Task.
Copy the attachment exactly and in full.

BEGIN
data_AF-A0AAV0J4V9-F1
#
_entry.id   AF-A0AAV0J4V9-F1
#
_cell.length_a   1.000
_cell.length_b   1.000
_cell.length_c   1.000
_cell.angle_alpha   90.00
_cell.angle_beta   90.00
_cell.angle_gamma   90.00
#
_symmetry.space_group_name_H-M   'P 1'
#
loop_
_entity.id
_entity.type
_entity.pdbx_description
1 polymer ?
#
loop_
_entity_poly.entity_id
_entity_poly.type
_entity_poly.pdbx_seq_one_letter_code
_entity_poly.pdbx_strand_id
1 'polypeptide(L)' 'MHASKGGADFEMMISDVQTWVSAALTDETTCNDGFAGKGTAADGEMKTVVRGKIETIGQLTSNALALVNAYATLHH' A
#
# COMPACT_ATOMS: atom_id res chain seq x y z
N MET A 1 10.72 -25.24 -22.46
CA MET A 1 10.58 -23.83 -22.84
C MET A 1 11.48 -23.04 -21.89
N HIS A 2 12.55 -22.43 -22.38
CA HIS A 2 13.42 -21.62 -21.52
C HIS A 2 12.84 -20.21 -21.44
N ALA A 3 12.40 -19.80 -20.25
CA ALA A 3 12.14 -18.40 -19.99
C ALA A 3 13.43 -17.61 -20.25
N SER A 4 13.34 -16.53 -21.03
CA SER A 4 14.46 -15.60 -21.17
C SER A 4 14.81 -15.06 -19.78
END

data_AF-A0AAV0J4V9-F1
#
_entry.id   AF-A0AAV0J4V9-F1
#
_cell.length_a   1.000
_cell.length_b   1.000
_cell.length_c   1.000
_cell.angle_alpha   90.00
_cell.angle_beta   90.00
_cell.angle_gamma   90.00
#
_symmetry.space_group_name_H-M   'P 1'
#
loop_
_entity.id
_entity.type
_entity.pdbx_description
1 polymer ?
#
loop_
_entity_poly.entity_id
_entity_poly.type
_entity_poly.pdbx_seq_one_letter_code
_entity_poly.pdbx_strand_id
1 'polypeptide(L)' 'MHASKGGADFEMMISDVQTWVSAALTDETTCNDGFAGKGTAADGEMKTVVRGKIETIGQLTSNALALVNAYATLHH' A
#
# COMPACT_ATOMS: atom_id res chain seq x y z
N MET A 1 10.72 -25.24 -22.46
CA MET A 1 10.58 -23.83 -22.84
C MET A 1 11.48 -23.04 -21.89
N HIS A 2 12.55 -22.43 -22.38
CA HIS A 2 13.42 -21.62 -21.52
C HIS A 2 12.84 -20.21 -21.44
N ALA A 3 12.40 -19.80 -20.25
CA ALA A 3 12.14 -18.40 -19.99
C ALA A 3 13.43 -17.61 -20.25
N SER A 4 13.34 -16.53 -21.03
CA SER A 4 14.46 -15.60 -21.17
C SER A 4 14.81 -15.06 -19.78